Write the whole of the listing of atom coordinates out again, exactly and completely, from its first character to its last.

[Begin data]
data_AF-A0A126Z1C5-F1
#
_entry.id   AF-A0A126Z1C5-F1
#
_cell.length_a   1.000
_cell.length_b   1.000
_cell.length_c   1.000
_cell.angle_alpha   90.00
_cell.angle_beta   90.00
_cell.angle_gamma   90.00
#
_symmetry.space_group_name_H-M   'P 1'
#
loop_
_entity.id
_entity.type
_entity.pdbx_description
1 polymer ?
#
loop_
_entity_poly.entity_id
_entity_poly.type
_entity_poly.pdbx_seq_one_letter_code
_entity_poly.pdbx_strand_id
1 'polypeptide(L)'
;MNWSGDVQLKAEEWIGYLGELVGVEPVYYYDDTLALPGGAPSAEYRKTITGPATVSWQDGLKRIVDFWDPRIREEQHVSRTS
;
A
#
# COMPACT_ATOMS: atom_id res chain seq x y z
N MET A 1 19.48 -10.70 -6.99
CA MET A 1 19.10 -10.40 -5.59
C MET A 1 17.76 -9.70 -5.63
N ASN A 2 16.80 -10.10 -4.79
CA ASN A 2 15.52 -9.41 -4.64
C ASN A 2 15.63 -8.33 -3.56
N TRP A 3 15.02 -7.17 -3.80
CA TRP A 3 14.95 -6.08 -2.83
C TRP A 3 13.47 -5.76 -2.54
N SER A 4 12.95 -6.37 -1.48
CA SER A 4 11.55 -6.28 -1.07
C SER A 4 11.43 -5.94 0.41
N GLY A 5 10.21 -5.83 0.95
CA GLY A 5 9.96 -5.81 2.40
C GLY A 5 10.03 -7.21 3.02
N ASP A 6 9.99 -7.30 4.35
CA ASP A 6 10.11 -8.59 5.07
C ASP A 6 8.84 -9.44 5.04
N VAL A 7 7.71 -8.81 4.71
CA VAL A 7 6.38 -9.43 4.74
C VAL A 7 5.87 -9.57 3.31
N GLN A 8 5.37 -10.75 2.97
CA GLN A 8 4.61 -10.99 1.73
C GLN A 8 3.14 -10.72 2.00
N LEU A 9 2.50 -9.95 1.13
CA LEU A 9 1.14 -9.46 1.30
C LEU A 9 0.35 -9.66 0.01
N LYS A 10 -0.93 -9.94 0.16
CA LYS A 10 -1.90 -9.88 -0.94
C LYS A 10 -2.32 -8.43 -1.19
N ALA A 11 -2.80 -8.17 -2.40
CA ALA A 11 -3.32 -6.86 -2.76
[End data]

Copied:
data_AF-A0A126Z1C5-F1
#
_entry.id   AF-A0A126Z1C5-F1
#
_cell.length_a   1.000
_cell.length_b   1.000
_cell.length_c   1.000
_cell.angle_alpha   90.00
_cell.angle_beta   90.00
_cell.angle_gamma   90.00
#
_symmetry.space_group_name_H-M   'P 1'
#
loop_
_entity.id
_entity.type
_entity.pdbx_description
1 polymer ?
#
loop_
_entity_poly.entity_id
_entity_poly.type
_entity_poly.pdbx_seq_one_letter_code
_entity_poly.pdbx_strand_id
1 'polypeptide(L)'
;MNWSGDVQLKAEEWIGYLGELVGVEPVYYYDDTLALPGGAPSAEYRKTITGPATVSWQDGLKRIVDFWDPRIREEQHVSRTS
;
A
#
# COMPACT_ATOMS: atom_id res chain seq x y z
N MET A 1 19.48 -10.70 -6.99
CA MET A 1 19.10 -10.40 -5.59
C MET A 1 17.76 -9.70 -5.63
N ASN A 2 16.80 -10.10 -4.79
CA ASN A 2 15.52 -9.41 -4.64
C ASN A 2 15.63 -8.33 -3.56
N TRP A 3 15.02 -7.17 -3.80
CA TRP A 3 14.95 -6.08 -2.83
C TRP A 3 13.47 -5.76 -2.54
N SER A 4 12.95 -6.37 -1.48
CA SER A 4 11.55 -6.28 -1.07
C SER A 4 11.43 -5.94 0.41
N GLY A 5 10.21 -5.83 0.95
CA GLY A 5 9.96 -5.81 2.40
C GLY A 5 10.03 -7.21 3.02
N ASP A 6 9.99 -7.30 4.35
CA ASP A 6 10.11 -8.59 5.07
C ASP A 6 8.84 -9.44 5.04
N VAL A 7 7.71 -8.81 4.71
CA VAL A 7 6.38 -9.43 4.74
C VAL A 7 5.87 -9.57 3.31
N GLN A 8 5.37 -10.75 2.97
CA GLN A 8 4.61 -10.99 1.73
C GLN A 8 3.14 -10.72 2.00
N LEU A 9 2.50 -9.95 1.13
CA LEU A 9 1.14 -9.46 1.30
C LEU A 9 0.35 -9.66 0.01
N LYS A 10 -0.93 -9.94 0.16
CA LYS A 10 -1.90 -9.88 -0.94
C LYS A 10 -2.32 -8.43 -1.19
N ALA A 11 -2.80 -8.17 -2.40
CA ALA A 11 -3.32 -6.86 -2.76